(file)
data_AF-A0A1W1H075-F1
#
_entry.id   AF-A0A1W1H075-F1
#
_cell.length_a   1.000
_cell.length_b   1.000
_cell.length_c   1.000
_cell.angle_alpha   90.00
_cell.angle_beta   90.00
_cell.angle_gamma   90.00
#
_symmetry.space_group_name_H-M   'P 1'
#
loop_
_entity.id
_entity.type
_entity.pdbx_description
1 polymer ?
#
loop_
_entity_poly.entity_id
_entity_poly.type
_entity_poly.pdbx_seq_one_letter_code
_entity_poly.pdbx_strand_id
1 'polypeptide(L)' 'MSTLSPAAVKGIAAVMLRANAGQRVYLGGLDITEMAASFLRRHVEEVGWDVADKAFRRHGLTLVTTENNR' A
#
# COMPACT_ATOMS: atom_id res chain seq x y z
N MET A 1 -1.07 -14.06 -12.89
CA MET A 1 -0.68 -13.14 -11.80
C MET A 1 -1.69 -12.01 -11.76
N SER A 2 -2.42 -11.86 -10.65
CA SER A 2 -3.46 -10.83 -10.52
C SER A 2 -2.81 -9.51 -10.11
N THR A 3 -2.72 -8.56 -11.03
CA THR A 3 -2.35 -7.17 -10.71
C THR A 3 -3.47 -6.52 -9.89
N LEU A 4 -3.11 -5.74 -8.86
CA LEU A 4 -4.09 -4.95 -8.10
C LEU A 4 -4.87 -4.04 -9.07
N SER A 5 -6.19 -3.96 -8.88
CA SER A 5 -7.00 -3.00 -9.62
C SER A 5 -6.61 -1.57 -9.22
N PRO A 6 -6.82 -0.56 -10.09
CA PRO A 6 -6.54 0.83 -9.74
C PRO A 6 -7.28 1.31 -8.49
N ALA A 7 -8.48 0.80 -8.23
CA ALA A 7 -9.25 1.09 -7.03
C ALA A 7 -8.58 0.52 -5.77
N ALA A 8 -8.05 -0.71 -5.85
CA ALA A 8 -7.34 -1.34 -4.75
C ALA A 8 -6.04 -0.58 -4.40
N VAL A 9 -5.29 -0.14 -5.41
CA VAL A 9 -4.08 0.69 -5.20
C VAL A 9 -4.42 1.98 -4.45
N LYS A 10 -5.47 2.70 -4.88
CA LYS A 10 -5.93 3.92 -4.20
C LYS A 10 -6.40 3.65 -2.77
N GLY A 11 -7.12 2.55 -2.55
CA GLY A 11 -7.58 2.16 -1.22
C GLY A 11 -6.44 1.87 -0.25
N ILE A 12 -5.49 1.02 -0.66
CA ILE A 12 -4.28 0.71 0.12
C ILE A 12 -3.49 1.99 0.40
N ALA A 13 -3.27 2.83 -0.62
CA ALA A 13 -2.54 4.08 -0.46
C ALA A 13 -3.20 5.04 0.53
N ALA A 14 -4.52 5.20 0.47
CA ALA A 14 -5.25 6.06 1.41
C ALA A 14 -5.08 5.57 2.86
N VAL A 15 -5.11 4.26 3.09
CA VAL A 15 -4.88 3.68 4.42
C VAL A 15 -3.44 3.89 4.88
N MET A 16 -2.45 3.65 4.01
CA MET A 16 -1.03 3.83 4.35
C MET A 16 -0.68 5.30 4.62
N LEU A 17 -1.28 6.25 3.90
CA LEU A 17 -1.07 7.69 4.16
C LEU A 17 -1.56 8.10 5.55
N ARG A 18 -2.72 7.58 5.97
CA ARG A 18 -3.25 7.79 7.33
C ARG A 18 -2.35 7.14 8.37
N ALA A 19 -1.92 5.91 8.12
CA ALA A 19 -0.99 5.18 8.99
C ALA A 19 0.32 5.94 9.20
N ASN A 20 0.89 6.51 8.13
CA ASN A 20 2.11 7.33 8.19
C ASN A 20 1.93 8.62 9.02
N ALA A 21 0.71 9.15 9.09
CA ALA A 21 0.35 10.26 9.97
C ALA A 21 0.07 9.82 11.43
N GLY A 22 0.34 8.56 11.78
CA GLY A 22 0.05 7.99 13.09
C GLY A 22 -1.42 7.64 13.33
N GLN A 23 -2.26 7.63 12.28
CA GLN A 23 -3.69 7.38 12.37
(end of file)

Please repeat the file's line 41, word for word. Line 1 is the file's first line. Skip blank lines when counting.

CA SER A 5 -7.00 -3.00 -9.62